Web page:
Farewell Color Street

I’m turning in my badge and my weapon.

Let me say first, I’m not going to get into the details of why I’m resigning. I know that seems kind of not fair since I’ve always been transparent about my journey and the joy that Color Street brought to my life. I took you along for the ride and now I’m just going to leave you hangin’ without all the deets? Not cool.

I do believe that honesty is always the best policy. I hate drama, speculation, and rumors. But I also believe that sharing would not be helpful. What happened to me was an isolated incident. It is not going to happen to anyone else.

Let me make something very clear: I don’t regret a second of my Color Street journey. Given the choice, I’d do all of it all over again exactly the same way. I’m proud of the friendships I made, teammates I mentored, customers I got to know, vendor events I went to, the thousands of product photos I took, the look books I produced, and everything I learned along the way. I’m not sorry about any of it. Not for a second.

Color Street is a wonderful business opportunity. It is a good company with a fantastic product. Anyone currently part of it or thinking about joining is on the right track to a bright future and I’m very excited for you. I don’t want this news to make anyone question anything. I love my teammates and all the awesome people I’ve met who are part of CS and I will still be here for you, cheering you on.

To make a long story short, home office and I had a… let’s call it a miscommunication. One of those deals where things escalated too quickly, communication wasn’t at its best, assumptions were made, and everything got blown way out of proportion. When the dust settled, home office took the time to hear me and acknowledged that I’d done nothing wrong. Everything turned out okay. It was just one of those things.

I’m someone who is not wired to deal with drama. Like, at all. And being forced into the center of it is not something that I’m able to easily get over. Even though the situation turned out fine in the end, I realized that I wasn’t fine. I don’t feel that I’m able to be the same stylist and leader that I was before.

I’m an all or nothing kind of girl. I can’t do anything half-heartedly. Even if I wish I could be different, that’s just the way I am.

This decision was a hard one to make and I’m very sad. But also, weirdly at peace, which is how I know this is the right choice for me.

I also want to say – to the people out there who like to get in the middle of things that they don’t fully understand and stir up drama for someone they don’t even know – the best way to clear up an issue is to go directly to the source, privately. Trying to get someone in trouble is petty. Stop being petty. Blowing out someone else’s candle won’t make yours shine any brighter.

If we were teammates on any level, if we watched each other’s trainings, loved each other’s suggestions, and cheered each other on: Thank you. I love you guys and I’m going to miss you so much. I hope we stay FB friends so I can watch you slay. My Effective Photo Boot Camp will remain open and you better believe I’ll still be learning and sharing about product photos and taking nailfies. I already bought a pineapple. I’m ready. 😉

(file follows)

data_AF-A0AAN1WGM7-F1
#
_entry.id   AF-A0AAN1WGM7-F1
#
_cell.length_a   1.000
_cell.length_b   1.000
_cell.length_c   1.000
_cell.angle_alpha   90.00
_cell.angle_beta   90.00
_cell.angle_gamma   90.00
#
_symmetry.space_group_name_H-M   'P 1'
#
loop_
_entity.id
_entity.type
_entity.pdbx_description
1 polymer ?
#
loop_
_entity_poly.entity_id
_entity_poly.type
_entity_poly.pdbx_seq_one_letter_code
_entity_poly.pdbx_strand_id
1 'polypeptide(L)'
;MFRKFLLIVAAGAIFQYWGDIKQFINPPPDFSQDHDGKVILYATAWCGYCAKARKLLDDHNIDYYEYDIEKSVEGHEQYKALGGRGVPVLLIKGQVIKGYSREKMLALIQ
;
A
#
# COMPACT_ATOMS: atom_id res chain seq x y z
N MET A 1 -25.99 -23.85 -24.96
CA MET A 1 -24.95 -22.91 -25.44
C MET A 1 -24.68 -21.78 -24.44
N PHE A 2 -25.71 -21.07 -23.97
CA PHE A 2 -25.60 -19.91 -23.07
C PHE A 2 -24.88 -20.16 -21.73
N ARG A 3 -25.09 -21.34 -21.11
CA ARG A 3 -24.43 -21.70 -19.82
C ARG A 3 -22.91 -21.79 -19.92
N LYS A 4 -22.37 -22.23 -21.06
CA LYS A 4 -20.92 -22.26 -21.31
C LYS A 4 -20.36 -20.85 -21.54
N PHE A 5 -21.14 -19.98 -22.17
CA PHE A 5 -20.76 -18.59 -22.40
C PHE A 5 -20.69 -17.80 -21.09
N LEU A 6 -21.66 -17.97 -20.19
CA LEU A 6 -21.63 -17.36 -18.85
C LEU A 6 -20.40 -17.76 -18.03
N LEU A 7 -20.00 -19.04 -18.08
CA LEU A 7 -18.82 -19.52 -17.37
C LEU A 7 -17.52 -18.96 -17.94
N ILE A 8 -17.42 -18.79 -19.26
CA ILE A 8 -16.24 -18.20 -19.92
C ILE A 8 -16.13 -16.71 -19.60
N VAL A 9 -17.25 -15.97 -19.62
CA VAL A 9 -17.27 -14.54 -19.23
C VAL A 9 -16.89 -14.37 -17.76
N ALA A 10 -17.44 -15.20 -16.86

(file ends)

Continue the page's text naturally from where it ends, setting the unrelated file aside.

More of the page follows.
If you were a customer – aw man, don’t cry Marissa. Deep breath. – you have no idea the impact you had on me and my family or how much your support meant to me. I can’t put into words how much I loved our time together or how much I will miss it. Getting to hang out with a group of women who share a love for a common thing, even if that thing is just nail polish, is so powerful and fun. I appreciate your business and I hope that we can stay connected too.

What’s next for me? I’m going to spend a care-free summer with my best friend/husband and some really funny young humans who call me Mom; and wait for the next adventure.


5 thoughts on “Farewell Color Street

  1. Candie Smith says:

    Thank you for your inspiration. Drama free is always the best for us and our families. Good luck on your next adventure!


  2. Susan says:

    I am so sorry for what you have gone through. You learned a lesson that was not very pleasant. One thing I learned about corporate business is that they don’t care who created an idea to increase their business they will always claim it’s their idea and that they own it because you work for them. I worked for a company that made us sign off that no one would write anything about the coMpany whether good or bad…after someone wrote a book about their previous employer. Start your own company. There are more than one company selling the same product under a different name. You can do the same.


  3. N. Free says:

    I appreciate your frankness in your story and am captivated by your writing. I’m sorry this happened to you and I understand what you mean when you talk about the “support” you received from your upline when this was happening. I believe a lot of that behavior is the norm in that industry, unfortunately. But I guess one shouldn’t really expect anything different from a company run by a man who sells the same product to big box stores, this creating more income for himself and creating competition for us. I hope you find happiness and something good comes from your experience. Maybe you have a future in photography…you are very talented! Good luck to you and I hope someday our paths can cross. 💜


  4. Lori says:

    Hi there, I would really love to talk to you privately. I have some themes I am seeing and I have some questions for anyone that previously worked there. I hope you will please respond. This is truly a safety issue. Thank you


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